In this lifetime, many of us seek a good life— a happy family, a stable income, and a legacy to leave behind when the time comes. However, for Fr. Antonio Molavin, living a good life is simple: It’s doing everything for and by the Lord.
The parish priest at San Ildefonso Church in Makati and My Pope Philippines’s Outstanding Parish Priest of 2021 has always dreamt of pursuing a life in the priesthood. As a matter of fact, he has found his true calling as early as when he was still a preschool student in Don Bosco Mandaluyong.
“I was just fascinated with the Salesians,” he tells My Pope Philippines. “I wanted to be like them, I wanted to join their company. Of course, there was a choice to be a priest or a Salesian brother, and that was as early as around Grade 3.” (Read: 3 Books to Feed Your Curiosity About Catholic Saints)
Fr. Molavin (or Fr. Beng-beng to his parishioners) was invited by a Salesian cleric to enter the seminary when he was still an altar server. And when he turned 11, young Antonio entered the then-Don Bosco Pampanga Seminary with a supportive family behind him.
Growing up in the Church
According to Fr. Molavin, no one in his family opposed his decision to enter the seminary— despite the fact that his father was an army man.
“My dad, although he was in the Army, he was an extraordinary minister of Holy Communion and my mom was a lector. Both of them were also members of the Christian Family Movement in the 1970’s, and my sister is in the choir,” he says.
Fr. Molavin adds that he entered the seminary “just out of curiosity.” But when he started to know more about life in the priesthood, he also grew to love the purpose it entails. “There was every reason to love the calling,” Fr. Molavin says. (Read: 3 PH Schools to Consider if You Want to Become a Priest)
And what’s not to love? Life inside the seminary was a well-rounded experience— you study, you work, and you learn all sorts of things from chores, religion, and theology to working with different communities. These learnings are what Fr. Molavin has taken with him ever since he was ordained in 1986.
“I think the most important thing I learned is that spirituality, priesthood, and closeness to Christ are deeply related,” he says. “You should really strive for holiness, to become a saint.” (Read: 3 Priests in the PH Who Are Also Accomplished Scientists)
Following in the Pope’s Footsteps
One of the things that amazed us during our interview with Fr. Molavin was his genuine reaction when we asked him about our dear Pope Francis. (Read: Meet the My Pope Philippines Outstanding Parish Priests of 2021)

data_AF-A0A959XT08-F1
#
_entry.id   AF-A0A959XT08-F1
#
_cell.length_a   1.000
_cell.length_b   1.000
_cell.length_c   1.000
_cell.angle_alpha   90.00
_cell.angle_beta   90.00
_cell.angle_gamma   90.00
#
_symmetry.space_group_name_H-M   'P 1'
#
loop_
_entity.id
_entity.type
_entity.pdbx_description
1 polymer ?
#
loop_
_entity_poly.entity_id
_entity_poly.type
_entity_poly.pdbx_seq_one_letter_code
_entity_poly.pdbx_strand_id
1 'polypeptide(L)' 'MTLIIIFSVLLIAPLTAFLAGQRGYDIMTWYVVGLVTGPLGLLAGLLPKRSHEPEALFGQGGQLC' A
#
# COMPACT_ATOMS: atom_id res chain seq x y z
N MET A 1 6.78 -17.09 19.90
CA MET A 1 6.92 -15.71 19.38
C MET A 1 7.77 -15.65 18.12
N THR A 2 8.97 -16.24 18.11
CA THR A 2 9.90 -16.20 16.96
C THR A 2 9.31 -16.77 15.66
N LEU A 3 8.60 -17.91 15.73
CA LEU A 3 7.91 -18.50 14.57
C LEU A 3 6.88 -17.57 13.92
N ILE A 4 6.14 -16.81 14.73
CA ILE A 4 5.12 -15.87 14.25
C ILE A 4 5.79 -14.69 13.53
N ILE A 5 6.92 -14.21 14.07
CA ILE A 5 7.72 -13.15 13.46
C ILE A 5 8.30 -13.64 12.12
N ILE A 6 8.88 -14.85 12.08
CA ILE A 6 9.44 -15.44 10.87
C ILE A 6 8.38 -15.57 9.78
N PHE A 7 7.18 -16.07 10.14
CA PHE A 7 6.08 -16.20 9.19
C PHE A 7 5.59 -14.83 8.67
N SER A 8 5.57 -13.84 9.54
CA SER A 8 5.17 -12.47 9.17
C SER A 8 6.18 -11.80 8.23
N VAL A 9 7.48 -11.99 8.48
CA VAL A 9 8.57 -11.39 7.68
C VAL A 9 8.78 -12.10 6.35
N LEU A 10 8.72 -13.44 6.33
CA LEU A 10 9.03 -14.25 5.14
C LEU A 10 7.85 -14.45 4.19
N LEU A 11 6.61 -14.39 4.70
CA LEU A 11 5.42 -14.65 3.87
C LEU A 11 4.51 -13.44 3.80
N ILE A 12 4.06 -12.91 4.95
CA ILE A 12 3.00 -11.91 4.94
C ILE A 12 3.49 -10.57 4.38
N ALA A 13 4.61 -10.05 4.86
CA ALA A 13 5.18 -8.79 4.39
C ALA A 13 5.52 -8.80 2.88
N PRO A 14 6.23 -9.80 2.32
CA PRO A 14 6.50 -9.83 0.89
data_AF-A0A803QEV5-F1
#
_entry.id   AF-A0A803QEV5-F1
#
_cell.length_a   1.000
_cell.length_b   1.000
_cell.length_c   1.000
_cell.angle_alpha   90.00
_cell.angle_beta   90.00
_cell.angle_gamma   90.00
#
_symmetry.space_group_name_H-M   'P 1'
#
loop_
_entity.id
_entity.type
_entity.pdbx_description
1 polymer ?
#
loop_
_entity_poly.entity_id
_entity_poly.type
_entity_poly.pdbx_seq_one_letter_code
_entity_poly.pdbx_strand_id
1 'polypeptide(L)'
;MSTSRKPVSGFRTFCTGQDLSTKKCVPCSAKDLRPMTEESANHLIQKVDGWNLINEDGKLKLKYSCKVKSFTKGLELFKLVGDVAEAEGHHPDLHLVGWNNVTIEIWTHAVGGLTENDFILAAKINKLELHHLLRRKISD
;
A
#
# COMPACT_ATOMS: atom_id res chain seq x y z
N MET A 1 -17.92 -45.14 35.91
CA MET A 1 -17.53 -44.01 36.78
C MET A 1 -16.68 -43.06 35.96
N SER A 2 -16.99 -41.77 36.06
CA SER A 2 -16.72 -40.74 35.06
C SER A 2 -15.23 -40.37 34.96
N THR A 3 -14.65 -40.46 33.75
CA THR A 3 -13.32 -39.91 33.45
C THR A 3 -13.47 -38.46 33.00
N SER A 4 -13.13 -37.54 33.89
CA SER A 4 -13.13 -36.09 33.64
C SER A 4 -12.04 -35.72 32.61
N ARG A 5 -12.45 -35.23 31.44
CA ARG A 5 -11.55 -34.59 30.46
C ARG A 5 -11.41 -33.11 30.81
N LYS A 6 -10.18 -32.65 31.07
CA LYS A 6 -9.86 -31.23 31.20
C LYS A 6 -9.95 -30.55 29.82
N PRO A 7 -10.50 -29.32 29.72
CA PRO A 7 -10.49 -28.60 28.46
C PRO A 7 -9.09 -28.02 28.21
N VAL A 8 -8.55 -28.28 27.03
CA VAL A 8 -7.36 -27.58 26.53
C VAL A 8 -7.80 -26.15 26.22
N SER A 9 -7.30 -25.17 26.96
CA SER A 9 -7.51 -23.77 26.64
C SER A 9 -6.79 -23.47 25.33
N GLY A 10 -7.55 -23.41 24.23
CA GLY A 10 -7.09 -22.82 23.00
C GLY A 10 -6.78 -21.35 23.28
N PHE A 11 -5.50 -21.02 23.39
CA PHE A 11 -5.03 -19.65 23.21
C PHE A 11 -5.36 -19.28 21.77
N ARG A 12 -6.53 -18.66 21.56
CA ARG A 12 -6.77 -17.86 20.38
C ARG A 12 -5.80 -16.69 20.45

“This pope is fantastic, I have no words,” he says. And just like how Lolo Kiko would use some of his time to meet, sit down, and talk with people from all walks of life, Fr. Molavin also makes sure to develop a close relationship with his parishioners and those living around the community.
As parish priest of San Ildefonso Church, Fr. Molavin would sometimes take his bike around the community to meet his parishioners and get to know them personally. “I would joke that I was going around for the census, but would tell them that I was doing it to get to know them more,” he explains.
“That’s one thing I learned from the Pope— to really go out, not to remain inside the church. In that way, I can develop the basic ecclesial communities, and the only way to keep it active is to really visit them,” he adds. (Read: Pope Francis Surprises Kids at the Vatican Summer Camp)
Apart from visiting the communities, Fr. Molavin also prefers to live simply and sustainably. He doesn’t own a car, so the only way for him to get around town is by using his bike. (Read: 5 Times Pope Francis Championed Sustainable Living)
And of course, whenever he transfers parishes, he makes it a point that all his belongings and necessities can fit in one backpack.
500 Couples for 500 Years
If there’s one thing that Fr. Molavin learned during his time going around the community, it’s that not all couples who are living together are married in church.
“Sobrang daming hindi kasal sa simbahan, it’s either they are living together o kasal sa huwes,” he says.
That’s when they thought of holding a kasalang bayan just in time for the 500th anniversary of Christianity in the Philippines— and coincidentally, Pope Francis also declared that March to June 2021 is the amoris laetitia year which highlights the importance of family and the sacrament of matrimony!
Fr. Molavin’s goal is to marry 500 couples— symbolic of the years that the Philippines has been a Christian. And this is free of charge! From the papers and documents to the sponsors and even to the rings, couples will not be spending a single centavo.
And even during the pandemic, the San Ildefonso Parish has been marrying at most eight couples every Saturday— an alternative to the monthly kasalang bayan that they used to hold before the pandemic. (Read: How This Couple Beat ‘Wedding Mishaps’ Amid Taal, COVID-19 Disasters)
The church has also been active in holding outreach programs for poor communities around their parish— but this time, because of the pandemic, Fr. Molavin and his parishioners are the ones going house-to-house to bring the food to avoid people crowding in one place.
Fr. Antonio Molavin, SDB
If there is one thing Fr. Antonio wants to convey through his projects and the way he lives his life, it is that everyone should make it a point to become a saint in their mortal lives.
“You might be thinking of the capital ‘S,’ but it’s enough to be just the small ‘s.’ You just have to be kind and live according to the Lord’s word,” he says. “That’s my project in life, to become a saint. Simply to do God’s Will.”